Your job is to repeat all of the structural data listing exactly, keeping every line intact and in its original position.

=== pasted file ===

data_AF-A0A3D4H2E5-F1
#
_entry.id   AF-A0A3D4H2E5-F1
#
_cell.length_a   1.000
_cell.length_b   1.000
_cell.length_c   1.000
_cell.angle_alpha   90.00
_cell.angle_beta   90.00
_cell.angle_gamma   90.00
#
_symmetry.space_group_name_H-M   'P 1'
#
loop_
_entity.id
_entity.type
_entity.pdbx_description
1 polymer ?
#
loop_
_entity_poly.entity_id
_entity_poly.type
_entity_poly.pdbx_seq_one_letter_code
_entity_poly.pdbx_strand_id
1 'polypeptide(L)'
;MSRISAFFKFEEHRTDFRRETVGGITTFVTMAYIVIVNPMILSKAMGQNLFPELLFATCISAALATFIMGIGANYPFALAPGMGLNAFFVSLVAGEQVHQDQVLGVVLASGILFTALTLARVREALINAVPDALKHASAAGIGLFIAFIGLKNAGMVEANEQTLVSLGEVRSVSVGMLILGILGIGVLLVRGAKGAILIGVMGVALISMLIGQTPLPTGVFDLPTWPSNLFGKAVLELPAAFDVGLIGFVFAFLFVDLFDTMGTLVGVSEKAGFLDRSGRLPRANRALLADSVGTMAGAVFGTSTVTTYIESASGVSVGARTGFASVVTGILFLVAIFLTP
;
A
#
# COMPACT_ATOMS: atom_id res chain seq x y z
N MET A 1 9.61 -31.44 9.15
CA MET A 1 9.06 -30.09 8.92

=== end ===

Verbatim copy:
data_AF-A0A3D4H2E5-F1
#
_entry.id   AF-A0A3D4H2E5-F1
#
_cell.length_a   1.000
_cell.length_b   1.000
_cell.length_c   1.000
_cell.angle_alpha   90.00
_cell.angle_beta   90.00
_cell.angle_gamma   90.00
#
_symmetry.space_group_name_H-M   'P 1'
#
loop_
_entity.id
_entity.type
_entity.pdbx_description
1 polymer ?
#
loop_
_entity_poly.entity_id
_entity_poly.type
_entity_poly.pdbx_seq_one_letter_code
_entity_poly.pdbx_strand_id
1 'polypeptide(L)'
;MSRISAFFKFEEHRTDFRRETVGGITTFVTMAYIVIVNPMILSKAMGQNLFPELLFATCISAALATFIMGIGANYPFALAPGMGLNAFFVSLVAGEQVHQDQVLGVVLASGILFTALTLARVREALINAVPDALKHASAAGIGLFIAFIGLKNAGMVEANEQTLVSLGEVRSVSVGMLILGILGIGVLLVRGAKGAILIGVMGVALISMLIGQTPLPTGVFDLPTWPSNLFGKAVLELPAAFDVGLIGFVFAFLFVDLFDTMGTLVGVSEKAGFLDRSGRLPRANRALLADSVGTMAGAVFGTSTVTTYIESASGVSVGARTGFASVVTGILFLVAIFLTP
;
A
#
# COMPACT_ATOMS: atom_id res chain seq x y z
N MET A 1 9.61 -31.44 9.15
CA MET A 1 9.06 -30.09 8.92